Chapter 4. Reduced Cell Multipole Method

4.1. Introduction

Extending the CMM to handle systems with periodic boundary conditions substantially expands the range of problems that can be attacked. PBC is especially important for the simulation of bulk materials.

The Reduced Cell Multipole Method (RCMM) [1] is a relatively simple way of extending the CMM to periodic systems that maintains the overall scaling and memory usage advantages of the CMM. It builds on the idea of representing distant atoms with multipole expansions.

4.2. Enhanced Multipoles

First, an enlarged set of multipoles (through at least the hexadecapole moments) is computed from the atoms in the unit cell. This is an extended version of the standard CMM multipole computation and uses the same octree structure to ensure that it is O(N) in the number of atoms.

Next, a random set of points within the unit cell is chosen. Charges are placed on these points so as to reproduce the enlarged multipole set determined above. The number of random points is equal to the number of multipole coefficients, so this amounts to merely solving a set of simultaneous linear equations. This "reduced set" of random points and charges then can be used to substitute for the unit cell at large enough distances without substantially decreasing accuracy.

4.3. Ewald Summation

In order to handle the infinite periodic lattice, a standard Ewald summation method is used [2,3]. In this method, we divide the effective field of the infinite system at a given point into two pieces: a sum over atoms close to the unit cell in real space and a sum over terms in reciprocal space.

Computing an Ewald sum over all of the atoms in the unit cell would be computationally infeasible, so we only compute the sum over the reduced set, which is much smaller. This still reproduces all of the effects of the infinite system.

The real space part of the effective field is composed of the fields due to each of the nearby (reduced set) atoms, modified by a screening function.

V_real = \sum_atoms {q_atom/R erfc(R/\eta)} (1)

where R = |R_atom - R_eval| and \eta is a parameter that determines the cutoff range for the real space sum.

If there is an atom that is very close to the point at which the field is being evaluated, a different expression is used for the term due to that atom to account for the singularity in the field.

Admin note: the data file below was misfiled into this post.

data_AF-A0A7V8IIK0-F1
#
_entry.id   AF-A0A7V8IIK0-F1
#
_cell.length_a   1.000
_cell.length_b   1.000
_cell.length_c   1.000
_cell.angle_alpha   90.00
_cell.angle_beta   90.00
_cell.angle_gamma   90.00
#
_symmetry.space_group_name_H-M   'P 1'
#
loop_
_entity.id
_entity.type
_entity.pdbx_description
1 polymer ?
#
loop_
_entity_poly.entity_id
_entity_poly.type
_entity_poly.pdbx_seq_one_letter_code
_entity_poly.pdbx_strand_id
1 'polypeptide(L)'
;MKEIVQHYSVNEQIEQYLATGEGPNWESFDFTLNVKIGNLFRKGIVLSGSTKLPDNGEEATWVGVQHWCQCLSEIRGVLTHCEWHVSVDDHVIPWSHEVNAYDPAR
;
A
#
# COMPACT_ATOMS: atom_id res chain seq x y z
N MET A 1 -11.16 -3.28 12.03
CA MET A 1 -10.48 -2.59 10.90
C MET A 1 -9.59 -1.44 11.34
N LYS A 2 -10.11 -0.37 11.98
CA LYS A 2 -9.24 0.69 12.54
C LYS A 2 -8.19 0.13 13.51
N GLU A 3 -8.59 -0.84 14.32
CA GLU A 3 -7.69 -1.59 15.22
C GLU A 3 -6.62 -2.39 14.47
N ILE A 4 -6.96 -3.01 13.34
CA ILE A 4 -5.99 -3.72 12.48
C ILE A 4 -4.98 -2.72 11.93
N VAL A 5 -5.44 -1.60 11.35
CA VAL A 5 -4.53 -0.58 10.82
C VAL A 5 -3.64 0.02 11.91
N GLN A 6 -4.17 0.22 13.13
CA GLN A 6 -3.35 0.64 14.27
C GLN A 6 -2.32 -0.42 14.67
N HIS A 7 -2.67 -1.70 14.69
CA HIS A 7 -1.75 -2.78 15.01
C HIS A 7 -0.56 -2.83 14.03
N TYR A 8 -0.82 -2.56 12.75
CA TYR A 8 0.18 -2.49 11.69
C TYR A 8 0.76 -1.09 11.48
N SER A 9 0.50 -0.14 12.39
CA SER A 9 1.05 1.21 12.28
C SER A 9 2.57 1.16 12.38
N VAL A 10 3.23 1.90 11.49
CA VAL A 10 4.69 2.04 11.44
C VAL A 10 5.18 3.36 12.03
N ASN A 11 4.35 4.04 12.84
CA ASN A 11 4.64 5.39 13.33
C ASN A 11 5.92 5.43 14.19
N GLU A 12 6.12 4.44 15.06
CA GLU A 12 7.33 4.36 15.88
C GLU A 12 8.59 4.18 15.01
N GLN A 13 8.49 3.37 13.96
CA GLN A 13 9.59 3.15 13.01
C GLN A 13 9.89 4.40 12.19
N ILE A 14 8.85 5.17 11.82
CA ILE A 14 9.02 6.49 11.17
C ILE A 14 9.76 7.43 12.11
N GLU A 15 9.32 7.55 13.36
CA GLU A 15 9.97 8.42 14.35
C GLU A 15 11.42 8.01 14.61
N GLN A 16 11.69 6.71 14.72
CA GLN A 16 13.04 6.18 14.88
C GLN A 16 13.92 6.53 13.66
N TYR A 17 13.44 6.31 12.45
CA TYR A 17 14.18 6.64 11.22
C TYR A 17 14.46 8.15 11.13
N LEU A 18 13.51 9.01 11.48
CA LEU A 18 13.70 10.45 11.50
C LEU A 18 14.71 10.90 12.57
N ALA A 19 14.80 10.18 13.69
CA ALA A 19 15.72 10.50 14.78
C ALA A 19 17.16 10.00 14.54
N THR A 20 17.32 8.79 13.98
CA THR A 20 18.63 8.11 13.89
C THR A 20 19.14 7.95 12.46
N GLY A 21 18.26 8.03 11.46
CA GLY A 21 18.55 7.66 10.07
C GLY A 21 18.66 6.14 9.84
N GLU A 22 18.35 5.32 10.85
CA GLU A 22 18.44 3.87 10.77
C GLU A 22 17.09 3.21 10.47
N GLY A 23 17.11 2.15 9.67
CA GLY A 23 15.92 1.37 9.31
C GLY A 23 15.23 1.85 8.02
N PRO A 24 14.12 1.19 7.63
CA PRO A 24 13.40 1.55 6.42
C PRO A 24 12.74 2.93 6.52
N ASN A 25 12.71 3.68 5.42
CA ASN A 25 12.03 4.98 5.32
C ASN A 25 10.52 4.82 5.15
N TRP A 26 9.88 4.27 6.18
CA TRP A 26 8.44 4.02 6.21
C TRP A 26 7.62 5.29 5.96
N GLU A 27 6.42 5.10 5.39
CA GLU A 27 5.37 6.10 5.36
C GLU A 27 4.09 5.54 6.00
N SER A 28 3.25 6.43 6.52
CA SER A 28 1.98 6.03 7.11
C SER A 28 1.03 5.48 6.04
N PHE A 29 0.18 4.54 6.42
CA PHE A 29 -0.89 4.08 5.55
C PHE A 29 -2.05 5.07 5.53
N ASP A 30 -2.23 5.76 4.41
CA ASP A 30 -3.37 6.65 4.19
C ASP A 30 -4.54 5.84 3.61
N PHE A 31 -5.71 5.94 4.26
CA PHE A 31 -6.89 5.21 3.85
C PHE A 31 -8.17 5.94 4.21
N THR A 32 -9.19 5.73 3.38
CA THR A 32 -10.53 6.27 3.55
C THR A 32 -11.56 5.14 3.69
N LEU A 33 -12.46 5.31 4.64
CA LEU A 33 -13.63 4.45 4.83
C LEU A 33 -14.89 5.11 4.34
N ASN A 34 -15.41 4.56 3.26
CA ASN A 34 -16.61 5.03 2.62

(-2 + 2/3 R^2/\eta^2 - R^4/\eta^4) q_atom / (\eta sqrt(\pi)) (2)

The sum of these screened terms converges very rapidly as the distance from the evaluation point increases.

To correct for the screening functions introduced in real space, we must add terms that represent their complement. This sum now converges slowly in real space, but its Fourier transform converges rapidly in reciprocal space.

V_recip = \sum_h {e^{-\pi^2 \eta^2 h^2} / (\pi \Omega h^2) e^{ih.R_eval} exp(i \sum_atoms {q_atom h.R_atom})} (3)

where h is the reciprocal lattice vector and \Omega is the volume of the unit cell.

Finally, a correction is added to handle the case of charged unit cells.

V_charge = - \pi \eta^2 q_cell / \Omega (4)

V = V_real + V_recip + V_charge (5)

4.4. Exclusion of Neighbors

At shorter ranges, the reduced set may not be an adequate representation of the atoms in the unit cell. Therefore, we will use a different technique (an extended CMM) to compute interactions with the nearest-neighbor unit cells. The Ewald sum over the reduced set already attempts to include these interactions, however, so we subtract out the field contribution from the nearest-neighbor unit cell images. Since this is within the range of the real-space portion of the Ewald sum, this subtraction is quite easy; the screening function in Equation 1 above is simply modified by subtracting 1.

4.5. Combination with CMM

The Ewald sum is evaluated at a specific set of points within the unit cell. Taylor series coefficients representing the resulting field values are then computed by interpolation. These coefficients compose the farfield due to the infinite array of atoms, except for those in the nearest-neighbor unit cells. This is exactly the correct farfield to use for the (level 0) unit cell at the beginning of the induction step of the standard CMM.

To compute the interactions with the neighboring unit cells, we can extend the CMM into those cells. We use the multipole expansions and fields calculated for the unit cell, but translated to the neighboring images. This adds extra calculations for CMM cells that used to be at the edge of the bounding box but now have image cells as neighbors, as well as additional calculations at level 1 in the octree, since the cells at that level now have PNCs in the image unit cells.

4.6. Noncubic Unit Cells

If the unit cell is not cubic, adjustments have to be made to the CMM. The method chosen is to compute a transformation matrix that converts the unit cell to a unit cube. The octree decomposition is then performed on the cube, with the cell coordinates being mapped back to real-space Cartesian coordinates by the inverse of the transformation matrix. The points at which the Ewald sum is computed are expressed in terms of transformed (unit cube) coordinates; the resulting interpolated Taylor series coefficients are then transformed back to real-space coordinates.
Next / Previous / Table of Contents
Kian-Tat Lim